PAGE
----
WWA NW Chapter is supporting this project and has submitted a Letter of Recommendation in support. Chapter members have agreed to support the project development through volunteer work including ADA Blind construction, ADA Parking Lot Fencing installation and yearly site cleanup at the close of each hunting season.

This project is currently in the evaluation stage in the Washington State, Recreation and Conservation Office (RCO) grant process.

Wood Duck Boxes

Most chapters place and monitor wood duck nest boxes and nesting tubes each year, usually in late winter. In the mid-2000's WWA obtained a grant from WDFW and now maintains a statewide wood duck nest box database. Anyone monitoring wood duck nest boxes can provide the data to WWA for inclusion in the statewide database. the best way to become involved in this program is to attend a local WWA Chapter meeting. If you would like to build or place your own wood duck nest boxes or mallard nest tubes check out the plans and data sheet links below.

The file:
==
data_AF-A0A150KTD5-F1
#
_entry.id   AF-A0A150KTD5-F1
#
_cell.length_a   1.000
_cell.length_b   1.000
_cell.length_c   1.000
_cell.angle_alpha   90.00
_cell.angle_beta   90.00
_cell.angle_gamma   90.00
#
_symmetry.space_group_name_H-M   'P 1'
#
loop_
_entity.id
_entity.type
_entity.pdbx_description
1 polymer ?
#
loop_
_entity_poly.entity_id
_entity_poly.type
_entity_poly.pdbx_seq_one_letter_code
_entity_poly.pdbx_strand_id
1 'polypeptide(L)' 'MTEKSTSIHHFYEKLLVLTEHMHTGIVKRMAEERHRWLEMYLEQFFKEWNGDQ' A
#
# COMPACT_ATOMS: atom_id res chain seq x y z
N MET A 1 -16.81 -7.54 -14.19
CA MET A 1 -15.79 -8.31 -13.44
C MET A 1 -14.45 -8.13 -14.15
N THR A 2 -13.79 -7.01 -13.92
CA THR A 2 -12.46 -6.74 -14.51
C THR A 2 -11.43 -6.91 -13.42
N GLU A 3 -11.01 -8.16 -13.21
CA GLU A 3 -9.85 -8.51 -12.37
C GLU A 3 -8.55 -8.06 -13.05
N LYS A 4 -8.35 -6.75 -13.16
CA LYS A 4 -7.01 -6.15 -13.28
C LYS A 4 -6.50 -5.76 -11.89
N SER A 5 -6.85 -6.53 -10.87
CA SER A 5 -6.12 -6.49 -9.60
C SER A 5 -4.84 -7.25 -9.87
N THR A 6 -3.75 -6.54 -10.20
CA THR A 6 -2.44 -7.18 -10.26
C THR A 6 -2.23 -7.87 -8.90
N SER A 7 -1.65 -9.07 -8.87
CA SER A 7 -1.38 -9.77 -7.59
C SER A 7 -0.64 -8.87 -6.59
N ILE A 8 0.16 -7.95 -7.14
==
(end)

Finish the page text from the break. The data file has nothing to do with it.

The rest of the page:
Samish Unit Blinds

In July of 2019 our NW chapter members constructed 2 new hunting blinds at the Skagit Wildlife Area Samish Unit East. The old blind was removed and volunteers rebuilt a 4’x8’ blind and brushed up the blind with camo materials. Materials were provided by the WWA NW Chapter and WDFW

Also in the summer of 2019, the NW chapter worked in conjunction with Boy Scout Troop 86 out of Stanwood to construct a new blind at the main Samish Unit. This blind was built in support of an “Eagle Scout” service project. The Eagle Scout candidate provided the planning and leadership necessary for project development.

The Blind was constructed adjacent to a large pond at the site. Materials for the blind were donated by Cascade Lumber of Camano Is. and the NW Chapter. The blind was completed in short order and decked out with a roof for those soggy days in the field. This project completed the final requirements for the scout candidates qualifications and he was awarded with Eagle Scout status soon after project completion.

Willapa Bay Eelgrass